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Voas (2008) examines the growth of the JWs, focusing on one particular aspect—a surprising relationship between JWs’ growth and the percentage of the population made up by JWs. Voas describes this self-limiting characteristic of the JWs as a cultural “carrying capacity,” a term borrowed from evolutionary biology to suggest that there are limitations to how many members of a species can survive on a given piece of land (Ehrlich et al. 1995; also called a “saturation point”—see Lawson 2007). In the case of the JWs, as the percentage of the population that is made up of JWs increases, the growth rate decreases. This suggests that there is a limited percentage of any given population that is attracted to JW’s beliefs and practices. Thus, as far as JWs’ growth goes, there have been limited attempts to explain why JWs grow where they grow and which factors limit that growth. There is also a lack of recent research on JWs in general (see Beckford 1975 and Penton 1985 for excellent but older research), though Holden’s 2002 book goes a long way toward filling that lacuna. Seventh-day Adventist Growth The growth of SDAs, like that of the JWs, has received only limited attention. Most of the research on SDAs has focused on specific characteristics of the religion or its members (see the work of Roger Dudley and Ronald Lawson). Only one published article has looked at SDA growth (Lawson 1998c), though several unpublished conference papers have (Lawson 2005, 2007). Lawson (1998c) examines the changing demographics of the SDA religion in New York City and finds an increasing appeal of the religion among immigrants in “stable,” economically developed countries. Another of his papers extends this finding to England, France, and Canada (1998b). His 2005 paper finds a similar, though less prominent, pattern among JWs and Mormons. Despite the relative scarcity of research on JWs and SDAs concerning growth, this brief overview of the existing literature indicates that all three religious groups are still growing, especially when contrasted with mainline religions (Kosmin and Keysar 2006; Roof and McKinney 1987). However, the existing literature leaves open the question of why these religious groups grow where they do. Which demand-side factors explain the growth of these religious groups remains to be examined. Theoretical Approach Rather than engage in a debate between supply- and demand-side factors on religious growth, we argue that both are important factors. We also argue that economic development can reach a stage where a secular transition takes place, resulting in slowed growth of these religions. Given where these religions are growing, it appears as though there is some overlap in the appeal of these three groups. Holden (2002) argued that it is the salve for modernity offered by the JWs that accounts for their appeal to converts and members. Given that Mormons and Adventists are also growing in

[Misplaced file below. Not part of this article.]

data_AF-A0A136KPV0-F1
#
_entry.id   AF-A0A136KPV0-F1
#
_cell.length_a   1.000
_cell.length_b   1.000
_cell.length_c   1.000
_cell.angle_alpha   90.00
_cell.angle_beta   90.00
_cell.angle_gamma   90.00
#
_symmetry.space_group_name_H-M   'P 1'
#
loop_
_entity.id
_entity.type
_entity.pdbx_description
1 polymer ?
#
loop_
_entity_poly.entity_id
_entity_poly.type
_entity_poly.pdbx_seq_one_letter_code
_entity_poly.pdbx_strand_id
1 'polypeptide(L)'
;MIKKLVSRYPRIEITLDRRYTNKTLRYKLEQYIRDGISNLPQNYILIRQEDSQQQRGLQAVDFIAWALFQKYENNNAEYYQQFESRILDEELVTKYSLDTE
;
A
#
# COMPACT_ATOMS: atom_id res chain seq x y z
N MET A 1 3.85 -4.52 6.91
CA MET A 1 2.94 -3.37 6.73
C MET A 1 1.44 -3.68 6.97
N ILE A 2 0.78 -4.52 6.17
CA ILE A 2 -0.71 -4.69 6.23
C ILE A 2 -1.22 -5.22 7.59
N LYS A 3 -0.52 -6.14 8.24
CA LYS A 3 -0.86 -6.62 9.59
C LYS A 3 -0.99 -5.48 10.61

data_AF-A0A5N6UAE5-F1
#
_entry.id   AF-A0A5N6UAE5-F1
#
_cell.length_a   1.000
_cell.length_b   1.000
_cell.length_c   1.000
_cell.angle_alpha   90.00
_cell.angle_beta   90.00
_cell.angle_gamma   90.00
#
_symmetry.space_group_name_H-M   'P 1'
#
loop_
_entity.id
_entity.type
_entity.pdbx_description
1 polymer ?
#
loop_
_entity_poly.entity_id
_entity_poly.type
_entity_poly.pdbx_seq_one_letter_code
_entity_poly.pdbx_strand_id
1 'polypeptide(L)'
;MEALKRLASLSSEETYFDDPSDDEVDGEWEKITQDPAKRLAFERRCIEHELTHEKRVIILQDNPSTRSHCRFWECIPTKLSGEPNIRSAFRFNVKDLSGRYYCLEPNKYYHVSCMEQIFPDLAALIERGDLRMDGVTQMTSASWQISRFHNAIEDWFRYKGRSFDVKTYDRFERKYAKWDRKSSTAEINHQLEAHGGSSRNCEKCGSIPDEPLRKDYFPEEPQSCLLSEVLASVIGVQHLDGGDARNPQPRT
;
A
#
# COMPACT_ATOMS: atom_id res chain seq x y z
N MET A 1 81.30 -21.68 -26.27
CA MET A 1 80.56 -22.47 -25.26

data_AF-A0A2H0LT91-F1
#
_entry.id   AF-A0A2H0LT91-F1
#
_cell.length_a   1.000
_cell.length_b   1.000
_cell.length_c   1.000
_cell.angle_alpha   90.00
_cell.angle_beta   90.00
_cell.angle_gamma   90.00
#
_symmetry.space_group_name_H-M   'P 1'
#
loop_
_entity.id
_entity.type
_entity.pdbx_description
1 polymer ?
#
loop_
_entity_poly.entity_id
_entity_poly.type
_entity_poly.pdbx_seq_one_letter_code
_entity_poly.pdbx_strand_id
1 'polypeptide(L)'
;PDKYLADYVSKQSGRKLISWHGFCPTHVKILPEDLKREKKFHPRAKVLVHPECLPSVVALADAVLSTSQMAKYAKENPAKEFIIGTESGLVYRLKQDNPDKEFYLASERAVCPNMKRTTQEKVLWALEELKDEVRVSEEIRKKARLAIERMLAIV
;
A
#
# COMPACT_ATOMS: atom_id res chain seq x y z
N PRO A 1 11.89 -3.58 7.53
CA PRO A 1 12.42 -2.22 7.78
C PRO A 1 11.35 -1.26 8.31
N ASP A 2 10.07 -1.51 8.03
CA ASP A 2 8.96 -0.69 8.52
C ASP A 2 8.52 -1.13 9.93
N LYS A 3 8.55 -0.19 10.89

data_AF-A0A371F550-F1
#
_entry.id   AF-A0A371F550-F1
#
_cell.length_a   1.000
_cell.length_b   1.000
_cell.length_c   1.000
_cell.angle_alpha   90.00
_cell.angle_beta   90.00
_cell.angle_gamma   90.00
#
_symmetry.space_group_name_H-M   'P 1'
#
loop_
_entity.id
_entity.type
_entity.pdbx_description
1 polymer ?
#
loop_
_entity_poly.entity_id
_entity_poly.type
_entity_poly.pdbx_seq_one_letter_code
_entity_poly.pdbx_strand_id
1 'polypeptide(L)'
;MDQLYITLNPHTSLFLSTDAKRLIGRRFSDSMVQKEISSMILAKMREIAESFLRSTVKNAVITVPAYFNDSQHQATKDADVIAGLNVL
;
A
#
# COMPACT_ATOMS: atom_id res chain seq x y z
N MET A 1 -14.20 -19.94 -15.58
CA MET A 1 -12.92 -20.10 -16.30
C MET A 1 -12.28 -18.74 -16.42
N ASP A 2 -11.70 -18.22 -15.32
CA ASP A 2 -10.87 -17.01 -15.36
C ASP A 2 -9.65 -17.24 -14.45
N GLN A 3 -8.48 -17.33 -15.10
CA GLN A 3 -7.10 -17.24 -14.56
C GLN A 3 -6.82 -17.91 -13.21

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developing countries (see the Analysis and Results section), they may share the same appeal as JWs. Leman (1998) also proposed this as an explanation for the conversion of Belgians to the JWs. Modernity is also a key component in the secularization framework developed by Bruce (2002; see also Berger 1967; Dobbelaere 2002; Voas 2007). According to Bruce, religious groups tend to do well in countries that are undergoing modernization, but not in thoroughly modernized countries or in premodernizing countries. Bruce (2002:35) argues that “Modernization disrupts communities, traditional employment patterns and status hierarchies.” Modernization leads to social dislocation, and “strict” religions (Kelley 1972; Stark and Finke 2000) provide an existential salve that alleviates the angst caused by social dislocation. The appeal of strict religion has been posited to be temporary: as countries grow more developed and modernized, people will develop other ways of dealing with modernity that do not rely on religion (Bruce 2002; Dobbelaere 2002). Thus, the most modernized countries should see limited interest in strict religions. According to Bruce, initial modernization can lead countries to experience growth in orthodox and strict religion. Rather than constant decline as some suggest (Stark and Finke 2000), secularization theory as formulated by Bruce actually posits a possible increase in strict religion as countries begin to modernize, followed by a decline once countries reach high levels of modernization. Secularization is, therefore, curvi-linear, not linear. If Bruce is correct, there should be little growth of strict religious groups in pre-modernized countries. However, their growth, if it occurs, should be rapid as countries begin to modernize, and then slow significantly as countries reach high levels of modernization. An explanation for the appeal of strict, proselytizing religious groups comes from the work of Norris and Inglehart (2004), who argue that religion provides existential security in the face of socioeconomic insecurity. While Norris and Inglehart do not discuss religion prior to the onset of modernization, they do offer a specific mechanism for declining religiosity: the replacement of religious security with social security. Thus, if Norris and Inglehart are correct, their interpretation of secularization also suggests a curvi-linear pattern. Countries with low development may already be religious, but the interest in strict, proselytizing religious groups will be low as the society is relatively secure due to mechanical solidarity. As countries modernize and mechanical solidarity and its concomitant security decline, the appeal of strict, proselytizing religious groups will increase. However, once countries reach a certain level of economic development and begin providing secular sources of security, interest in strict religious groups will wane. In essence, these countries undergo a “secular transition.” As Gorski and Altinordu (2008) note in their review of secularization, modern formulations of secularization theory are not as amenable to testing as is the religious economies model. Part of this is due to the fact that the religious economies model is laid out by its chief proponents with assumptions,